The sight of whips being used on horses in races is a definite negative for many spectators. Comments such as “it’s cruel” and “if you hit any other animal like that it would be illegal” are not uncommon, and with social media these days these sorts of comments seem to be causing more people to reflect on the practice. The industry has made changes to whip rules in recent times, such as the introduction of padded whips, however this has done little to ease the concerns of those who are against their use.

Investigation into the use of whips in races has also cast considerable doubt on the arguments used to support the continuation of their use, with a recent research finding that whipping racehorses was not a significant predictor of which horse would win. Another recent finding was that there were breaches of the whip rules being missed by the stewards, with horses being hit in the wrong place and in an incorrect manner.

You can watch a 30 minute video presentation about this research on the ABC’s Big Ideas website.

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Racing Horses at a Young Age

The racing of young horses, particularly two year olds, is a subject that can cause passionate debate. Horses that are not physically mature enough to stand up to training and racing are more likely to suffer injuries, and this in turn makes a horse more likely to become another “wastage” statistic.

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Horse Health and Care

Race horses that are not fit and healthy are not going to win races, and those involved in racing sometimes, understandably, get defensive when issues relating to the care of these horses come up. Familiar comments include “racehorses are looked after better than any other horses in the country” and “we love our horses, how dare anyone say we don’t”.

Complicating this issue is the normal difference of opinion among horse people as to how horses should be cared for. For example, the issue of stabling horses for long periods is one likely to raise a few differences of opinion, from those who think it’s perfectly fine, to those who say all horses should be kept in large paddocks with other horses, as is the natural way that horses live in the wild. A wide range of opinions between those two points also exists.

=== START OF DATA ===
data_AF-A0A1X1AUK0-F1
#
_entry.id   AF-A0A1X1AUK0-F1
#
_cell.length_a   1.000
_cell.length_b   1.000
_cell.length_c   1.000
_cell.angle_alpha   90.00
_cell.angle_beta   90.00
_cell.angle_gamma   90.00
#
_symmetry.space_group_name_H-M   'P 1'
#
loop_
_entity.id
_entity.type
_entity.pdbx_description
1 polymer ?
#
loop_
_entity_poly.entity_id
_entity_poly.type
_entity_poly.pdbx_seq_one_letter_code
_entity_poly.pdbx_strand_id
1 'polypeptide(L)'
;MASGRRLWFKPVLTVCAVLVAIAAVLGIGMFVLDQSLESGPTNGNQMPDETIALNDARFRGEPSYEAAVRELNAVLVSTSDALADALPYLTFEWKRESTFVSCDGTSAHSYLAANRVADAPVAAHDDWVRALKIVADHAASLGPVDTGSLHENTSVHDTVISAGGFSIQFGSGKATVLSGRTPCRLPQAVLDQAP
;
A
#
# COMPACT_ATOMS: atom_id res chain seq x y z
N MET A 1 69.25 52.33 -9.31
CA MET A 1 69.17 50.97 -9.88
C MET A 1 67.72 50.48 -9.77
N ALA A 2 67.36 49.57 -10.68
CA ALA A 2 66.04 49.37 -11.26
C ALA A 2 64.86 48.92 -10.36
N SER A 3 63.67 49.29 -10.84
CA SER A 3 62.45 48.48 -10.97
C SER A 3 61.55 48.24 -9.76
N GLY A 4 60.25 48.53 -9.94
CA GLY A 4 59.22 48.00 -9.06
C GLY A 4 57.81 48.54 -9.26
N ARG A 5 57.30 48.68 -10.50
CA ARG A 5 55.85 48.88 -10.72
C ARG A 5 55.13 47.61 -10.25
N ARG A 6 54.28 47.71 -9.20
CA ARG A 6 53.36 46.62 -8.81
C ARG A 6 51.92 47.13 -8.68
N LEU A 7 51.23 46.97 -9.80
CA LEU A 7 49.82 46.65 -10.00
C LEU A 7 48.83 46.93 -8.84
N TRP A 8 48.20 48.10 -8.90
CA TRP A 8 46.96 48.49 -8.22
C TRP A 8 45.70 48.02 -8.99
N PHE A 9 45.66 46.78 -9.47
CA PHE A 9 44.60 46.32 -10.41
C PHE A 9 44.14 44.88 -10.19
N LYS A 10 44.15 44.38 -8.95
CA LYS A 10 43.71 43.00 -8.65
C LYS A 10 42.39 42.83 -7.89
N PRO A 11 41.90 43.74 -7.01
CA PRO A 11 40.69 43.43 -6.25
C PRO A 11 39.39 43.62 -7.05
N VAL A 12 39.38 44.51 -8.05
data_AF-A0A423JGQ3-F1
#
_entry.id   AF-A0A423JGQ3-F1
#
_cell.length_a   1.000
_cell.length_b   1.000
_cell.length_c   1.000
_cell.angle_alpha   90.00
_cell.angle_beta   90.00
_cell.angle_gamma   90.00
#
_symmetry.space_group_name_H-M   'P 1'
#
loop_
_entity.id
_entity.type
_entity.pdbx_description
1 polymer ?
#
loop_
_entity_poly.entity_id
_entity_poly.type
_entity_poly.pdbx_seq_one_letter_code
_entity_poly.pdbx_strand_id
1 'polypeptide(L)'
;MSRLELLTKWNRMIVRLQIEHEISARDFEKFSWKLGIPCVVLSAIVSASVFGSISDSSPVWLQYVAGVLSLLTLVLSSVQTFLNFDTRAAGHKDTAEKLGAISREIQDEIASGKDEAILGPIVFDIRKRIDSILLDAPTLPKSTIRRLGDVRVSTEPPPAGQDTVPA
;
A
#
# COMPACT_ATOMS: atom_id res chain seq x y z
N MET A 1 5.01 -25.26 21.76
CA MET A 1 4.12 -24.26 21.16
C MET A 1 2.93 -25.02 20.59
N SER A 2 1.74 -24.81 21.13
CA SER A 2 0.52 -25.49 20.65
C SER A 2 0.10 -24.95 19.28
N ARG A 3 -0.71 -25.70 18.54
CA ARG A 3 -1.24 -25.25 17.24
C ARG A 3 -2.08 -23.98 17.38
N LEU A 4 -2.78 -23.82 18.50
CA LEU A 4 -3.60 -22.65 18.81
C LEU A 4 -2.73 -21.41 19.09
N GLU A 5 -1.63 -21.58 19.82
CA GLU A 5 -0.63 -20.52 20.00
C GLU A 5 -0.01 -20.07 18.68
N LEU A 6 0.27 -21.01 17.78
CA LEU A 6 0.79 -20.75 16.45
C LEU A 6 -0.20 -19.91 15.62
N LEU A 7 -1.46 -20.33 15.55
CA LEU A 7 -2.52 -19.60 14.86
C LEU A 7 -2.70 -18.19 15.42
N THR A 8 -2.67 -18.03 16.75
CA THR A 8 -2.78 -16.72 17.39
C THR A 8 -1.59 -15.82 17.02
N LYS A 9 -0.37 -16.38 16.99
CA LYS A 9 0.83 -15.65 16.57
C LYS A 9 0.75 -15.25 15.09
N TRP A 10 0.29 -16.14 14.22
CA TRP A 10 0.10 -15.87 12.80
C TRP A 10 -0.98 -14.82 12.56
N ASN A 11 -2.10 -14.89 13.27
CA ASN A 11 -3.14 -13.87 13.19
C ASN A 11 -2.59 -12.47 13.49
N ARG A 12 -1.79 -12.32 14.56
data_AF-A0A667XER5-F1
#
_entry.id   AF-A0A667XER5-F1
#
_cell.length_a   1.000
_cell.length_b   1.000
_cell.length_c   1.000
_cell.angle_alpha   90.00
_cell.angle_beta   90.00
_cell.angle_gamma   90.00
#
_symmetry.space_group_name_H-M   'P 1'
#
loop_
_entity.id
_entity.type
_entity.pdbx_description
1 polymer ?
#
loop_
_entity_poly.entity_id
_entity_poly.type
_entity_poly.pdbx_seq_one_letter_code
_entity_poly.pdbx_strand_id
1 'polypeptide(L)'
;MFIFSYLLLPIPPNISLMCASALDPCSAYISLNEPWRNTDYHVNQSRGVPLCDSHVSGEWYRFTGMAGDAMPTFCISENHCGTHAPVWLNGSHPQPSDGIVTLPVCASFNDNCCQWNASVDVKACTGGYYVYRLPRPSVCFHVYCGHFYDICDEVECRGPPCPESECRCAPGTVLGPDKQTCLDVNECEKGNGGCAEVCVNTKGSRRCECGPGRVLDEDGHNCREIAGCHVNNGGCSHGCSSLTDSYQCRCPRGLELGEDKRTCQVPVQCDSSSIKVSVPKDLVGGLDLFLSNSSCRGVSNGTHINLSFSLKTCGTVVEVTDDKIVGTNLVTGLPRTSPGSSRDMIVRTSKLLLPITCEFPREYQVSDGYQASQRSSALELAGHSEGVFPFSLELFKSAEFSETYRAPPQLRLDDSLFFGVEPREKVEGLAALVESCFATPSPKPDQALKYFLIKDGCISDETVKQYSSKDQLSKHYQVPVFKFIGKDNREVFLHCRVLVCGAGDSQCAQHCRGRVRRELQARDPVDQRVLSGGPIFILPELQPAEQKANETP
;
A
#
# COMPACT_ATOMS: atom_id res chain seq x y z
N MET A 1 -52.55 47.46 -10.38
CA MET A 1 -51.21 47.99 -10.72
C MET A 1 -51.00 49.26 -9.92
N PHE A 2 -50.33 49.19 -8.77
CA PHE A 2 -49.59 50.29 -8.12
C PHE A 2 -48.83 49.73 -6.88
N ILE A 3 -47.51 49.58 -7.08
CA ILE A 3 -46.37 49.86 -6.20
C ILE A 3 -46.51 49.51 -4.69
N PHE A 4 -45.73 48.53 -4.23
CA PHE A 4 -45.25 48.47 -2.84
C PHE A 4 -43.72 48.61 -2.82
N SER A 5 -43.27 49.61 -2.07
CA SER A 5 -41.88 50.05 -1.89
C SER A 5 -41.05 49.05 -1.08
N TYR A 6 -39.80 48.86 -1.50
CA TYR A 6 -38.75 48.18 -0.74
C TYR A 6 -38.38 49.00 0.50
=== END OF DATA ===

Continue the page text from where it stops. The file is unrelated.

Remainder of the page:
Here are a few of the commonly discussed issues relating to horse care:

  • Is money coming before health and welfare in some cases? For example, are veterinary and care decisions made with regard to the horse’s health and welfare foremost, or with the aim of getting the horse back on the track to race? (Many people will be familiar with human athletes, eg. football players, who push their bodies beyond what normal people would do, because they are so passionate about their sport. The key difference here is that humans have a choice to do this to themselves, and horses do not)
  • The finding that gastric ulcers are present in a large proportion of racing thoroughbreds
  • Widespread “stable vices” also known as “stereotypies” ~ windsucking, crib biting, weaving, etc. Presence of one or more of these behaviours is an indicator of poor welfare in a particular horse.

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Jumps Racing

Jumps racing no longer takes place in most Australian states, however Victoria and South Australia continue to run a season of hurdle and steeplechase races each year. The rate of falls and deaths of horses in jumps races is considerably higher than for flat racing. Jumps racing was banned in NSW due to cruelty concerns, and the sport died out in all other states of its own accord due to the public no longer supporting it. Many organisations have publicly stated their opposition to jumps racing on horse welfare grounds, including RSPCA Australia, Animals Australia, Quest Equine Welfare, Save a Horse Australia, the Coalition for the Protection of Racehorses and the Humane Society International Australia.

Read more:

 

The above is merely a brief overview of each of these issues. Please click through to the links, they are included as a starting point for your own research into each topic. As you will find, there is plenty of information out there once you start looking for it.